Using Azure File Services to store application configuration files for Azure RemoteApp

By May 10, 2016April 2nd, 2018No Comments

Consider the following scenario;
You are a small organization and most of your line of business applications are SaaS or web based. You want to embrace BYOD to help employees to be productive on the devices they love and have access to company applications at any time from any location. With all your applications being SaaS and web based this is relatively easy. However, what if still need to support 2 or 3 Windows Applications that you want to manage centrally. Azure RemoteApp seems to be ideal for that use case! With Azure RemoteApp there is no need to setup and maintain a complex RDS infrastructure backend and Windows Applications can be delivered to any device at any time. Some of the Windows Applications however still need access to a classic file share / drive mapping to access centrally stored application configuration files and data. What you can do is stand up file server in Azure IaaS, create a file share and publish that on the RD Session Host servers as part of you Azure RemoteApp Collection. However, that is yet another server to manage, monitor and maintain where your organization may want to move forward to a full “as a service” environment.

Why not use Azure File Services to store application configuration files for Azure RemoteApp application?

Here’s how in 4 easy steps:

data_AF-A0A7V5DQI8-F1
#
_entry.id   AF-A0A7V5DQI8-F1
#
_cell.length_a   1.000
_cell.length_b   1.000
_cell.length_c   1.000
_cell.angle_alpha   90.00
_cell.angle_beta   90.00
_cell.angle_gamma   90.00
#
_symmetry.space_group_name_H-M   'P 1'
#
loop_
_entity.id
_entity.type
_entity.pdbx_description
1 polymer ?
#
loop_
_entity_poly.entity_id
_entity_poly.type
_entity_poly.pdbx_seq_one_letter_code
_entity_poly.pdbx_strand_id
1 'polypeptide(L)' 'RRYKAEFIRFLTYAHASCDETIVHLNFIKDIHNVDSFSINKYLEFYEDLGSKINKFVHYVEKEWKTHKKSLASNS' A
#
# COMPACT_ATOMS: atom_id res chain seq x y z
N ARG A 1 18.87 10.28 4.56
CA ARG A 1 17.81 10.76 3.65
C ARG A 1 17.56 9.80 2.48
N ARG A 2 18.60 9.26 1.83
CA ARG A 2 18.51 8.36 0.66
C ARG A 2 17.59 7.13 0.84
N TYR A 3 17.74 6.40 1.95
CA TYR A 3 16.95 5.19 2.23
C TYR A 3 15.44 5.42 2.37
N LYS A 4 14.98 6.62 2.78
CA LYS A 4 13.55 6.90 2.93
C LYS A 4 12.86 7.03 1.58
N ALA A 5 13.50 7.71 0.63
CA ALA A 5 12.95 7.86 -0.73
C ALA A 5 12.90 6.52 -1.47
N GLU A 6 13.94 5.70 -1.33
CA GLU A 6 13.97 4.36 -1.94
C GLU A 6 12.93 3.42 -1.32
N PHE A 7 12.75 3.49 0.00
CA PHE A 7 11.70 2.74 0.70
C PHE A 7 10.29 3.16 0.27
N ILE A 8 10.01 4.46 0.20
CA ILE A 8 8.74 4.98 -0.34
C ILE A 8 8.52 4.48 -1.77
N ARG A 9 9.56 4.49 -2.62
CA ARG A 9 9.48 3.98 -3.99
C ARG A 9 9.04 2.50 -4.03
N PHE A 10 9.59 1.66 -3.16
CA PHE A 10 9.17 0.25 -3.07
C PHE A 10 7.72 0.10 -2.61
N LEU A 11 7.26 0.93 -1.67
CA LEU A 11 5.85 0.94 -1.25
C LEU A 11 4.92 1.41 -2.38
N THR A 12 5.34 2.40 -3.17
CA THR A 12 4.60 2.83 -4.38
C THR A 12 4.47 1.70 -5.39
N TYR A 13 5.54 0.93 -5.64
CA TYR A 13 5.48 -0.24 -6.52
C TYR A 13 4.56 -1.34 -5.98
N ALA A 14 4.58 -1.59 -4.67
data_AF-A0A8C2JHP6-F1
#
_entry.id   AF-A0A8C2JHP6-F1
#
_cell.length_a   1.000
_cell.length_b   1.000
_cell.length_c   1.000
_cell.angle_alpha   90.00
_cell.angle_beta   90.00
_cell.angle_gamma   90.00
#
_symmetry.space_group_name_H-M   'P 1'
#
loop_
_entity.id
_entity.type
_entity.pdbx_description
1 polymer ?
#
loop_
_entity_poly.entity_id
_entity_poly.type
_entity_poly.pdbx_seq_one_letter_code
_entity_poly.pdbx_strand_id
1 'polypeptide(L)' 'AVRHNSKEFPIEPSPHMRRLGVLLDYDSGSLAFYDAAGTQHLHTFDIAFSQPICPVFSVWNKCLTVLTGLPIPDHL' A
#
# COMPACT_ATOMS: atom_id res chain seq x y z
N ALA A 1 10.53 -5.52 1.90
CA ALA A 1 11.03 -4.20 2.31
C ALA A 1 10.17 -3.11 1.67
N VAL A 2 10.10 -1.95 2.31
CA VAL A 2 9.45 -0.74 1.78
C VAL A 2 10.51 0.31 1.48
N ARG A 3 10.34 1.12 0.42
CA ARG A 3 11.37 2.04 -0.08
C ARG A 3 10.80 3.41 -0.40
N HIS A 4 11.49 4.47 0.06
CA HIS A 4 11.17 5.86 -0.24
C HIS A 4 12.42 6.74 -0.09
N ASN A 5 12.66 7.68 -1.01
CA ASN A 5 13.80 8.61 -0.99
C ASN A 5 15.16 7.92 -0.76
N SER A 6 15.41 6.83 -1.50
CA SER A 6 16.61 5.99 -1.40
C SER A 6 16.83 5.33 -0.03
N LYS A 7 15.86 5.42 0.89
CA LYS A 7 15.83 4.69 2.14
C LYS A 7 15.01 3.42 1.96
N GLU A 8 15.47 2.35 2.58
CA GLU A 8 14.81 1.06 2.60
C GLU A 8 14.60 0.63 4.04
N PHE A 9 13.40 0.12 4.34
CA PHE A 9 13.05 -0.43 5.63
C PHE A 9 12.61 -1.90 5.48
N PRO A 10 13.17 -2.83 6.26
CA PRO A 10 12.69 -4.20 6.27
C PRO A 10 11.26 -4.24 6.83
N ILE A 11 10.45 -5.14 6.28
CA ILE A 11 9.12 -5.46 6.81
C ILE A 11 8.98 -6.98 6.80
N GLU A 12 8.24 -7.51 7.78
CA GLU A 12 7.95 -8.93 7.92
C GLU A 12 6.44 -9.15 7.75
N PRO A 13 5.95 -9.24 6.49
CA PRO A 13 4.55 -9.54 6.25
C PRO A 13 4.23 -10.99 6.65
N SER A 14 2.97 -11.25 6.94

1.  You create a new Azure Storage account (or use an existing one)

2. You create a new File service within that storage account

3. You create a new File Share within that File Service

4. You map a network drive directly to the File Share.

To be able to map a network drive, first get the Access Key by clicking the Key icon on the storage account.

Then open the example Net Use command by opening Connect icon on the File Share.
Simply copy that command and add in the Access Key you copied before. The results in a Net Use command you can use.

In scenario’s where you deployed a Hybrid (domain joined) Azure RemoteApp collection, you can use Group Policy Objects to create a logon script and create a drive mapping in every user session.

As a results, the end users’ applications will have a drive mapping available to store and share application configurations settings.

In scenario’s where you deployed a Cloud (non-domain joined) Azure RemoteApp collection, you can place the same logon script inside the Azure RemoteApp template image. For more information on how to perform this see: https://blogs.msdn.microsoft.com/cloud_solution_architect/2016/04/08/configuring-startup-logon-scripts-for-azure-remoteapp/

Of course, you can also create the Azure File Service inside the Azure V1 (classic) portal. The screen shots below outline the necessary steps

1. Create a Storage account (or use an existing one)

2.Open the Storage account and get the Access Key by clicking Manage Access keys

3. Based on the access key run the following 2 PowerShell commands

4. Now create the drive mapping the same way as described above.

That’s it! An easy way to share configuration data & file for Windows Applications hosted on Azure RemoteApp.

Q Can I use Azure File Services for all File Server needs?
A Technically yes, however do note that Azure File Services does not support NTFS

Originally posted here: http://microsoftplatform.blogspot.nl/2016/05/using-azure-file-services-to-store.html